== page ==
One firefighter suffered 2nd and 3rd degree burns and was flown to the Arizona Burn Center in Phoenix where he remains in the hospital. The other was treated at a Yuma-area hospital and released.

On Saturday, a third firefighter was injured on the same fire. He suffered minor burns and was also treated at the hospital and released.

Two of the firefighters are part of State Forestry’s Phoenix Crew. The third firefighter is a member of State Department of Corrections’ Yuma Crew.

“Firefighter safety is our number one priority at all times. The accidents are currently under review and being investigated by the department. We ask that you please keep all of our firefighters in your thoughts,” said State Forester Jeff Whitney.

All three are expected to make full recoveries.

The 15-acre Laguna Fire started Thursday, March 15th and the cause is under investigation.

Thanks and a tip of the hat go out to Jason and Tom.
Typos or errors, report them HERE.

Two firefighters injured on prescribed fire in Texas

Borger Fire Department TexasTwo firefighters suffered burn injuries March 9 while working on a prescribed fire in the panhandle of Texas and were airlifted to a hospital. The Borger Fire Department  (map) has confirmed that two of their personnel, fire fighter Clay Lozier and fire chief Bob Watson, were injured transported to Lubbock for treatment.

According to Amarillo.com:

Borger Fire Chief Bob Watson remains in serious condition Saturday at the UMC Timothy J. Harnar Burn Center in Lubbock, according to BFD Lieutenant Stacy Nolen, and Borger firefighter Clay Lozier, who was injured in the same incident, has since been released from the burn unit.

News Channel 10 reports that the prescribed fire on the JA Ranch in Donley County was going well until a juniper tree torched, causing a spot fire. The firefighters almost had that contained when a fire whirl “threw fire 30 yards in every direction”, ranch owner Andrew Bivins said.

There was a burn ban in effect in Donley County but Texas law exempts prescribed fires from burn bans.

Another firefighter burned by chain saw “fuel geyser”

Last month a firefighter suffered serious burns when gasoline forcefully vented while he was removing the fuel cap on a Stihl MS461 chainsaw.

The incident occurred October 10, 2016 (we first reported it here) on the Pingree Hill prescribed fire near Rustic, Colorado. For years the land management agencies have been warning firefighters about the dangers of gasoline being forcefully released from chain saws. Some of these incidents have occurred with saws that have the new quarter-turn gas caps. After a chain saw has been running for a while pressure can build up in the gas tank causing vapor lock, which can prevent the saw from running. Thinking it may be out of fuel, the operator opens the quarter-turn gas cap and the pressure in the tank forces out fuel and vapor. If there is an ignition source nearby, it can quickly ignite and cause very serious injuries.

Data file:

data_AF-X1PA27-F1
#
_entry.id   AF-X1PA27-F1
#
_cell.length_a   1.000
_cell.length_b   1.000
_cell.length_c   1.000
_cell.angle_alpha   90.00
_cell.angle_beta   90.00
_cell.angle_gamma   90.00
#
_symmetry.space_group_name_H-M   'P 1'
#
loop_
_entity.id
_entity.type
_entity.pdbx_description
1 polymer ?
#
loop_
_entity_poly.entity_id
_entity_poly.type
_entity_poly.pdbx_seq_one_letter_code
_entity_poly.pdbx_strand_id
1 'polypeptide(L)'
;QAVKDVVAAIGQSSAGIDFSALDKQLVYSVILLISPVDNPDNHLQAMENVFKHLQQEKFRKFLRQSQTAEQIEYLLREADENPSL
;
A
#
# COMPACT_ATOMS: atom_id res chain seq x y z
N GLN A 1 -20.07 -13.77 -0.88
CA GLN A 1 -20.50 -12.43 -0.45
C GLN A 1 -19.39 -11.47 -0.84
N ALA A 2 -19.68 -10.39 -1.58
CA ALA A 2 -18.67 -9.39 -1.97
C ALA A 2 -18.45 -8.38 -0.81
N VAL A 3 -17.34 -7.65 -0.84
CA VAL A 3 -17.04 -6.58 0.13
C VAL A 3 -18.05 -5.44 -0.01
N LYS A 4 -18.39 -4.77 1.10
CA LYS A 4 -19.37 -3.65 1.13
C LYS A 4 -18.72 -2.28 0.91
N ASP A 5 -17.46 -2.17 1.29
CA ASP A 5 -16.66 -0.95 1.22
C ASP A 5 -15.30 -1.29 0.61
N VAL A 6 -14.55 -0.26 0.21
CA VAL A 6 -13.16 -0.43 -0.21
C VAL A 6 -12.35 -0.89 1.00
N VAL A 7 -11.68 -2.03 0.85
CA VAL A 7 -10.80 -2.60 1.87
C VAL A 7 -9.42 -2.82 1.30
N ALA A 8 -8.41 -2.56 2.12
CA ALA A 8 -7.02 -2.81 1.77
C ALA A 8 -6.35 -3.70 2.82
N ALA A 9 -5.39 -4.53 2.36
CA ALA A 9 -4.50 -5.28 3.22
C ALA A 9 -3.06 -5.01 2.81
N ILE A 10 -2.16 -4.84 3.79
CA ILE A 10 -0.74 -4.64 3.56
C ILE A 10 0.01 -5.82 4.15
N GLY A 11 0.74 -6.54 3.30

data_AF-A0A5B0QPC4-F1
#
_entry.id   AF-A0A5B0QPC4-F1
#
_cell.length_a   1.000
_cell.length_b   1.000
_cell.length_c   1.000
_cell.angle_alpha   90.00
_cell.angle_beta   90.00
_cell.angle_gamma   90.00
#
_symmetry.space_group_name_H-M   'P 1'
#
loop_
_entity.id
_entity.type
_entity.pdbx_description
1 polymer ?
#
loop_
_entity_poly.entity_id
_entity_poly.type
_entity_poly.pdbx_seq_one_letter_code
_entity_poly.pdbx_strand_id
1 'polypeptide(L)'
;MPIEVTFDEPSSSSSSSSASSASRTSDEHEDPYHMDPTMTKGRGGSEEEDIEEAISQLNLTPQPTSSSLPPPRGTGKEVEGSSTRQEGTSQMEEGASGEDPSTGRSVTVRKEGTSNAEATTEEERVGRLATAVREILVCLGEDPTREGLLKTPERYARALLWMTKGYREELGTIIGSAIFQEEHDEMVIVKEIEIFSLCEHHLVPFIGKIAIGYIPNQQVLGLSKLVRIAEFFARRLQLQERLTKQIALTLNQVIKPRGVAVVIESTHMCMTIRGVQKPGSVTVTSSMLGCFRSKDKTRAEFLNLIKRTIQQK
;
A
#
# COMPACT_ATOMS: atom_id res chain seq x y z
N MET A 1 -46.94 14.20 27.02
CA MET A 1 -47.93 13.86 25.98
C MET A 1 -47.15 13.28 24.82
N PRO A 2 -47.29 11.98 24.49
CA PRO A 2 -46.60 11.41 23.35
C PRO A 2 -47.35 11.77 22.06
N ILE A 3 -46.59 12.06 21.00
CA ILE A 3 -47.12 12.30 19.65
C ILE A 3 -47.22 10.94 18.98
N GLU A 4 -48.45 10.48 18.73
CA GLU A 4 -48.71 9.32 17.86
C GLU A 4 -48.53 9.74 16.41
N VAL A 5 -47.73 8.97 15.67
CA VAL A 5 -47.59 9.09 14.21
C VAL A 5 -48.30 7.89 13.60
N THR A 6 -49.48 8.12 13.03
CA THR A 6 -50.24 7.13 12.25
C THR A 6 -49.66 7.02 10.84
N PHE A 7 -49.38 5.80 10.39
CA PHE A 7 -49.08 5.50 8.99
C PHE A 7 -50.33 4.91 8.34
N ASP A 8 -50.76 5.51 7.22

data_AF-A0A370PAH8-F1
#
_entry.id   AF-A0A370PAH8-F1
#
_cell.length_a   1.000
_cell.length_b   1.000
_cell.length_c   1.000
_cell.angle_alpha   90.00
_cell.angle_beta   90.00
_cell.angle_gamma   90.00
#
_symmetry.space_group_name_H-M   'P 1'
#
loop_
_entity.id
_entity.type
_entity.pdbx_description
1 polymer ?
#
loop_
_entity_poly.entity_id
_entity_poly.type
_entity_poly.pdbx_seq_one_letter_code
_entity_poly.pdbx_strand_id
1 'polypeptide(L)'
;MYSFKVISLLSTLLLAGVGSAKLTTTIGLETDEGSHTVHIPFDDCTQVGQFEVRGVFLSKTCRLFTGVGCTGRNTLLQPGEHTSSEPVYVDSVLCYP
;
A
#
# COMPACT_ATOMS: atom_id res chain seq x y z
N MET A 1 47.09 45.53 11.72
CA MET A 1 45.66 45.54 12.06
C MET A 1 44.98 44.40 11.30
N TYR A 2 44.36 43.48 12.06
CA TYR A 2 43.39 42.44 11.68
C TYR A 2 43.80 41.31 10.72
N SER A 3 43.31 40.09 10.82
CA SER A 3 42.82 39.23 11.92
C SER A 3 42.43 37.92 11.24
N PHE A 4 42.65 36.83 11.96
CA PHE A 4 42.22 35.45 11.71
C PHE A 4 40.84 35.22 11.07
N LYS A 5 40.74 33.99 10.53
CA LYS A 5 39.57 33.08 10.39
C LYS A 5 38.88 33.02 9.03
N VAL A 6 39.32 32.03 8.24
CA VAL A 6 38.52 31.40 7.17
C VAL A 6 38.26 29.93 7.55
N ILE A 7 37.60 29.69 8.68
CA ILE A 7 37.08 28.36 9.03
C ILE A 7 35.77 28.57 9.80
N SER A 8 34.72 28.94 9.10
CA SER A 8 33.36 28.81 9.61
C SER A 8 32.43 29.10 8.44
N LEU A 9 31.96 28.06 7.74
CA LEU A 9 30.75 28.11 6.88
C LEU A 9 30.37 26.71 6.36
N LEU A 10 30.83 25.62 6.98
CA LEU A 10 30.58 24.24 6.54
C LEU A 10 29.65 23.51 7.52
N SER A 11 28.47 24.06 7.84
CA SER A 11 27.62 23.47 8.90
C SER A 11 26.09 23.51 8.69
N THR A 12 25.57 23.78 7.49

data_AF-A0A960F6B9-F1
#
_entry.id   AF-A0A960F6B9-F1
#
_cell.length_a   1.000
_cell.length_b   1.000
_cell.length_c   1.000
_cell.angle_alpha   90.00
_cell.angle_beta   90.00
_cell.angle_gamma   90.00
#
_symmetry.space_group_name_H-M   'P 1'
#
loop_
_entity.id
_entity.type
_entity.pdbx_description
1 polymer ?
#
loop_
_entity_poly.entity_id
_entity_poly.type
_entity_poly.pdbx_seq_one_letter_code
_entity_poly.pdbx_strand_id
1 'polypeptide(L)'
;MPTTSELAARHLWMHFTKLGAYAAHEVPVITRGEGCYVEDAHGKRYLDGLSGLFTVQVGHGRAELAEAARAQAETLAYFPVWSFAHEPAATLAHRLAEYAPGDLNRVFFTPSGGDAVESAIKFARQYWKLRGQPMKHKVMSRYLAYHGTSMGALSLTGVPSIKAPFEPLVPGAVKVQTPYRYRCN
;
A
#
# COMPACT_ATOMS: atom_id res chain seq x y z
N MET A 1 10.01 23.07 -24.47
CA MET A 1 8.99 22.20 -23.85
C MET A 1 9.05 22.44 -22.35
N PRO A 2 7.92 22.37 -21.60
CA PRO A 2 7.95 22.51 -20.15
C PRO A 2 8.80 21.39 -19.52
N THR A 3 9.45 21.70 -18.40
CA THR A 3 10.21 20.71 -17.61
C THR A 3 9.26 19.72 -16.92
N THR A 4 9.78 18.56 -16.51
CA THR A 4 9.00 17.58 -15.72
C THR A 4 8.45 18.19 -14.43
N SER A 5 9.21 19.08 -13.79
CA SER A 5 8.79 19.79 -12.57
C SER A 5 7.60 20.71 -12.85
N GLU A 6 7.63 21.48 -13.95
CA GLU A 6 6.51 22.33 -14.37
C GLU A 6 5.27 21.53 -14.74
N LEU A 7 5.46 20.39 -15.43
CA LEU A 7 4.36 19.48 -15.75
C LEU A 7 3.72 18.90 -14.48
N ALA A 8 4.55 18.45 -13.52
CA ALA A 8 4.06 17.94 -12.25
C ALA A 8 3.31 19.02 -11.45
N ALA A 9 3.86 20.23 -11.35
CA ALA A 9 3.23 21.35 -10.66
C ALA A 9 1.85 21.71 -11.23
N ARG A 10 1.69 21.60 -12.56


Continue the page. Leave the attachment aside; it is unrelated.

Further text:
Below is an excerpt from a report issued about the October 10 incident. We pick up the narrative as the saw team is finishing a break:

…After roughly fifteen minutes, the sawyer sizes up the second snag and identifies a rock adjacent to the tree that he can stand on to make his cuts. He enters the burned area, steps onto the rock, and pulls on the starter cord. The saw starts but quickly sputters and dies, he opens the choke and tries again with the same result. After two or three more tries he thinks the saw may be out of gas. The saw is equipped with the newer “1/4 turn” quick release fuel and oil caps making it easy to simply flip the saw on its side and open the cap while remaining in a standing position. On older model saws with the threaded caps, this process involved using a scrench to loosen and unscrew the cap, making it difficult to open the tank without setting the saw down.

As he opens the cap the fuel sprays out in two distinct bursts spraying liquid and vaporized fuel on his stomach area and right arm. He quickly realizes this is a very dangerous situation… “I had an oh s*** moment!” The swamper looks, and notices fuel “boiling and bubbling” out of the fuel tank and sees open flame beneath the sawyer’s feet. He yells to the sawyer, but it’s too late. Fuel ignites from the ground, running up toward the saw and the sawyer. Immediately the sawyer’s nomex shirt ignites around his right arm and stomach area. He swings the saw to the left, drops it in the rocks, then sprints downhill through the black to the unburned area beneath the handline and drops to the ground. The swamper reacts and jumps on top of the sawyer and helps extinguish him by throwing dirt on the flames and rolling around to smother the fire.

Once the fire is extinguished the sawyer grabs a radio and calls the Supt. and initially gets no response. He calls the Crew Boss Trainee who responds immediately. The sawyer calmly states “I am burned pretty bad, code red, need an air transport, need to go to the hospital now.”

[…]

The patient is in good spirits and is recovering well but did say:

“The one thing I hope comes out of this is that people will give it one last second thought…before you pop the cap”.

The firefighter received 2nd and 3rd degree burns on his right arm and abdominal area.

The report says the extraction of the firefighter went smoothly, thanks largely to the incident within an incident training the crew conducts on a regular basis. About an hour elapsed between the injury and the helicopter taking off to fly him to the burn center.